Administration of ocular therapies via the suprachoroidal space (SCS) provides drug delivery that is targeted to chorioretinal structures [10,11,12]. Triamcinolone acetonide injectable suspension for suprachoroidal use (SCS-TA; XIPERE), administered as a suprachoroidal injection via the SCS Microinjector (Clearside Biomedical, Alpharetta, GA), provides a minimally invasive, alternative, office-based therapeutic approach for the treatment of ME associated with NIU (Supplementary Fig. 1) [13, 14]. In preclinical pharmacokinetic studies, TA concentrations were high in the choroid and retina following suprachoroidal injections of TA suspensions, including SCS-TA, with limited anterior segment exposure; TA was detectable in chorioretinal tissues for up to 3 months [15,16,17]. SCS-TA has been evaluated in phase 2 and phase 3 clinical trials [18,19,20] and is approved by the US Food and Drug Administration for the treatment of ME associated with uveitis . Here we report results from an integrated analysis of the efficacy and safety of SCS-TA for the treatment of ME in patients with NIU across two phase 3 clinical trials (PEACHTREE and AZALEA), including integrated outcomes for other clinical signs of ocular inflammation. Stringent inclusion criteria were used in this integrated analysis; specifically, only data from patients with confirmed ME and visual acuity impairment at both screening and baseline visits were included from PEACHTREE, as opposed to those meeting such criteria solely at screening in prior analyses. To augment the study population, data from patients that met these same criteria from AZALEA were also included.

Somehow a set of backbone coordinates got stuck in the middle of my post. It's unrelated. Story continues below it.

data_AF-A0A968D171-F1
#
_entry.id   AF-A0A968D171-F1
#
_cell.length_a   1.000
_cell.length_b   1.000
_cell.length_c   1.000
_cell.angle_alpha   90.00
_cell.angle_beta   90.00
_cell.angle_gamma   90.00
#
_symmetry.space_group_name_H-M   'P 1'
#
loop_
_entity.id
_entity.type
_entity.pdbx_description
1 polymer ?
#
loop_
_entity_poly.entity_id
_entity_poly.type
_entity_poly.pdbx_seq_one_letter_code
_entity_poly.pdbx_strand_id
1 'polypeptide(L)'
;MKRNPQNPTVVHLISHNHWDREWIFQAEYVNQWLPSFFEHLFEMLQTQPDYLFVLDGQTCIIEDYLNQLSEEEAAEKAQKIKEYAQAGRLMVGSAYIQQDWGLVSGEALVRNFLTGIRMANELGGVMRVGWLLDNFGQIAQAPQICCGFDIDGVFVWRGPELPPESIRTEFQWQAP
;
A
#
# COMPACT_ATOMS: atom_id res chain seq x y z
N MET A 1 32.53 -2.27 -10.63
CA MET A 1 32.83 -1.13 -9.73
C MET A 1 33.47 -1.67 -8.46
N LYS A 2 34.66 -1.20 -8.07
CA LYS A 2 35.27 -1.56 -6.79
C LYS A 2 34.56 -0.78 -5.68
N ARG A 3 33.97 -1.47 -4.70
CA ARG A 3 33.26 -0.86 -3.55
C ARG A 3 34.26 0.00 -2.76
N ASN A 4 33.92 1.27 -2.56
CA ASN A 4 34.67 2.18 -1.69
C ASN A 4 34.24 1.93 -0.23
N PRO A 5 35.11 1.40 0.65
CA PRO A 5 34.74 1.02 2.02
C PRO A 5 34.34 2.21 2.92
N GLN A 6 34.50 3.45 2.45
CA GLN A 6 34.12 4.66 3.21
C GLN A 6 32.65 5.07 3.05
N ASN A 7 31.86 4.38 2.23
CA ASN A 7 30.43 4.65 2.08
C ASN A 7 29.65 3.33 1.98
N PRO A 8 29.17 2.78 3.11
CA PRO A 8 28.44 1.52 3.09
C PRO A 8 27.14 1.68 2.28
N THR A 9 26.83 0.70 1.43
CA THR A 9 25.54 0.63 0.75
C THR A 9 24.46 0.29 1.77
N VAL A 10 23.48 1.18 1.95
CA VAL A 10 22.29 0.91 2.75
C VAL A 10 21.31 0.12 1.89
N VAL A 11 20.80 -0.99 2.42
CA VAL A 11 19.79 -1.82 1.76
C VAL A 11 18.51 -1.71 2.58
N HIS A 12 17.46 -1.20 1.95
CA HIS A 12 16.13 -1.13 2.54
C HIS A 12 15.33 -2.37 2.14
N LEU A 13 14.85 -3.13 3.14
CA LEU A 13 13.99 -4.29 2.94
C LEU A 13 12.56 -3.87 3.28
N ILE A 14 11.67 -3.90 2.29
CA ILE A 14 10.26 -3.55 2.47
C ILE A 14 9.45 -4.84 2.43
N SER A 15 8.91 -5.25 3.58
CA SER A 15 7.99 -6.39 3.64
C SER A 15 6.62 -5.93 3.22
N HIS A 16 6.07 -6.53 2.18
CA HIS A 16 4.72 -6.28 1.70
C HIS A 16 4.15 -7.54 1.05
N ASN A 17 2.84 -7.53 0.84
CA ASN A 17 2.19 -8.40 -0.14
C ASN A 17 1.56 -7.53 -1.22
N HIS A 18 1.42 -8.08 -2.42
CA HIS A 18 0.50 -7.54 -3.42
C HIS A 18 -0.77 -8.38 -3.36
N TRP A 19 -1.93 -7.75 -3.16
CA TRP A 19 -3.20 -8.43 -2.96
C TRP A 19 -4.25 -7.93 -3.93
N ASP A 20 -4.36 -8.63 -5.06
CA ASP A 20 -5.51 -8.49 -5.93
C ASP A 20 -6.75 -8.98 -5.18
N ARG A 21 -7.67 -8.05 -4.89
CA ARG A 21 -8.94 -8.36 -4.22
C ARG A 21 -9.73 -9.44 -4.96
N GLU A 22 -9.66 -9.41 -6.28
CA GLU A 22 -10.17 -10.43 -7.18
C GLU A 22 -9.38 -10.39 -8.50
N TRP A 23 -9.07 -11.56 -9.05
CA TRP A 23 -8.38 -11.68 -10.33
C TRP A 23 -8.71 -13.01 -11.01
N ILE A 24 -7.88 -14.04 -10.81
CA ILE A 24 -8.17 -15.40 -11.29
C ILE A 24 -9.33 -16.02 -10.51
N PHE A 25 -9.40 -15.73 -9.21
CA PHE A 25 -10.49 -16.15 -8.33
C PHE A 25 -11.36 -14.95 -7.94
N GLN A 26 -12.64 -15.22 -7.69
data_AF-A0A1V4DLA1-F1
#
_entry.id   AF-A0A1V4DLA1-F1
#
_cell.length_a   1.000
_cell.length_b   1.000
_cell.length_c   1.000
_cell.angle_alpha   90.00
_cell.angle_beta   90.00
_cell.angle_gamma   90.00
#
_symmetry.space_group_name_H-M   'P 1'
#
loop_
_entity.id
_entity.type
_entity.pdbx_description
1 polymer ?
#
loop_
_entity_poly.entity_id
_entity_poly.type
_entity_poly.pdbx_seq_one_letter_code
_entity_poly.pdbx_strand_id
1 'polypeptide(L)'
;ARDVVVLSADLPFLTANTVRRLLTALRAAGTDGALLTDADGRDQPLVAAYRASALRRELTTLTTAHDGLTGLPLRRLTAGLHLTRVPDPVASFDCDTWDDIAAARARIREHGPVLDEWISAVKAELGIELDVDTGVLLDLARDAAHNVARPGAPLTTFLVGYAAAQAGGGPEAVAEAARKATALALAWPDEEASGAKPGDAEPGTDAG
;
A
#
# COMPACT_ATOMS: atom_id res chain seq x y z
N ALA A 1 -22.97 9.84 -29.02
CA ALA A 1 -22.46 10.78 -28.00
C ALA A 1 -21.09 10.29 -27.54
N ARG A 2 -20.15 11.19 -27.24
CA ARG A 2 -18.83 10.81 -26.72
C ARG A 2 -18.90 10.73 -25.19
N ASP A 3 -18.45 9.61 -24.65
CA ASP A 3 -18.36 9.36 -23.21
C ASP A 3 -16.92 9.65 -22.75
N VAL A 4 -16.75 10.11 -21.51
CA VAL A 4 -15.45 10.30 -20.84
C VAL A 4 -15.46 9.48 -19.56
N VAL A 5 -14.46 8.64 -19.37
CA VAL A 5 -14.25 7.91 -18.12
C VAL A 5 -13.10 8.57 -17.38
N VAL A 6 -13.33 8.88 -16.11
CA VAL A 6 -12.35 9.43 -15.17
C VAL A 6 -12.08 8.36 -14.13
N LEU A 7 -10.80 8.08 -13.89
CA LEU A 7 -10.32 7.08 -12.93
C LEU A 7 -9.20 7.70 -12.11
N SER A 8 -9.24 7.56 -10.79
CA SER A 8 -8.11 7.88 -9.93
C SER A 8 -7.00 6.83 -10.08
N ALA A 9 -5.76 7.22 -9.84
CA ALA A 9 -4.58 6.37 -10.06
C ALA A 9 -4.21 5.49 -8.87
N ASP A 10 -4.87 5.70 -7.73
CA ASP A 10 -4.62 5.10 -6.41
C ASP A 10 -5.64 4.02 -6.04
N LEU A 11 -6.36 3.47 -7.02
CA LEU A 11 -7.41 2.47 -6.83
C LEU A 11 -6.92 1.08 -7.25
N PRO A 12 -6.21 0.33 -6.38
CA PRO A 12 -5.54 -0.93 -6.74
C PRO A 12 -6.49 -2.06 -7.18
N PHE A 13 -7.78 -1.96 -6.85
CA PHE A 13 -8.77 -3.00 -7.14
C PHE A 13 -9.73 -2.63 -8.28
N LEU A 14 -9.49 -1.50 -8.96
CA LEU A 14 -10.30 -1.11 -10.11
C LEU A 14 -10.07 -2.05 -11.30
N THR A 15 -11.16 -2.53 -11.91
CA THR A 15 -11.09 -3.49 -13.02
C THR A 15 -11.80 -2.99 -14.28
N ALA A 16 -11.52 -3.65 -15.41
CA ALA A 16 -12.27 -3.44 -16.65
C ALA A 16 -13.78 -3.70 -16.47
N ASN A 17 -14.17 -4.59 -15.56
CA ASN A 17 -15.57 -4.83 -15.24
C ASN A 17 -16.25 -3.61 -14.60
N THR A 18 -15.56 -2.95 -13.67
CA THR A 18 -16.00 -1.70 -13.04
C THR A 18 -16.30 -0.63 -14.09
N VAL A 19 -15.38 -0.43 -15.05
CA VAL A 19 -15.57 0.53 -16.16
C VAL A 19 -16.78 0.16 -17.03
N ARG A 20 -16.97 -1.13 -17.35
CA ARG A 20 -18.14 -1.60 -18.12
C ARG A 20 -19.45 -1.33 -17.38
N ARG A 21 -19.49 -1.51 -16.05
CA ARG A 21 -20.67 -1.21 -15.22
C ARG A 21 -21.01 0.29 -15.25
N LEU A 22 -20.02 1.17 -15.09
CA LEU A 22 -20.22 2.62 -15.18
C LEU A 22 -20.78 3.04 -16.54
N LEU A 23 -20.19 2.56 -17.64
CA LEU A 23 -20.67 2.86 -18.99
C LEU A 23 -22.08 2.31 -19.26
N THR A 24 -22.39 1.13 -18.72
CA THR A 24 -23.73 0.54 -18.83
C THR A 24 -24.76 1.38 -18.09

Study Design and Patients
This is an integrated analysis of data from two phase 3 clinical trials that evaluated the efficacy and/or safety of SCS-TA. Details of study methodology have been reported previously [19, 20]. Each study protocol was approved by an institutional review board or independent ethics committee at each study site. Studies were conducted in accordance with the Good Clinical Practice guideline of the International Conference on Harmonisation and the ethics principles of the Declaration of Helsinki, and all patients provided written informed consent before study procedures were initiated.
PEACHTREE was a phase 3, randomized, masked, sham-controlled trial; all patients were required to have ME secondary to NIU (central subfield thickness [CST] ≥ 300 µm) and best-corrected visual acuity (BCVA) ≥ 5 Early Treatment Diabetic Retinopathy Study (ETDRS) letters (Snellen equivalent, 20/800) and ≤ 70 letters (Snellen equivalent, 20/40) in the study eye at screening. AZALEA was a phase 3, single-arm, open-label safety study that enrolled patients with NIU (active or inactive), with or without ME, and an ETDRS BCVA score of ≥ 5 letters in the study eye. In both studies, ocular health was otherwise stable, with no other active ocular disease and no IOP > 22 mmHg or uncontrolled glaucoma. Concomitant medications could include ≤ 2 IOP-lowering medications, systemic corticosteroids at doses equivalent to oral prednisone ≤ 20 mg/day and/or systemic immunomodulatory therapies (at stable doses for ≥ 2 weeks) provided there was no expectation of a dosage increase during the study.
The population for this integrated efficacy and safety analysis included patients from PEACHTREE and AZALEA with baseline CST ≥ 300 µm and baseline BCVA of ≥ 5 and ≤ 70 ETDRS letters who met these inclusion criteria at both the screening and baseline visits and received ≥ 1 study treatment (active or sham).
Treatment and Assessments
In both studies, patients received a single injection in the designated study eye on day 0 and week 12. In PEACHTREE, patients were randomized in a 3:2 ratio to receive active treatment (suprachoroidal injection of SCS-TA 4.0 mg [0.1 ml of 40 mg/ml]) or a sham procedure (that mimicked the suprachoroidal injection but used a needle-less hub on the microinjector with no drug or vehicle administered). In AZALEA, all patients received open-label suprachoroidal injection of SCS-TA 4.0 mg (0.1 ml of 40 mg/ml). In both studies, assessments were conducted every 4 weeks through week 24.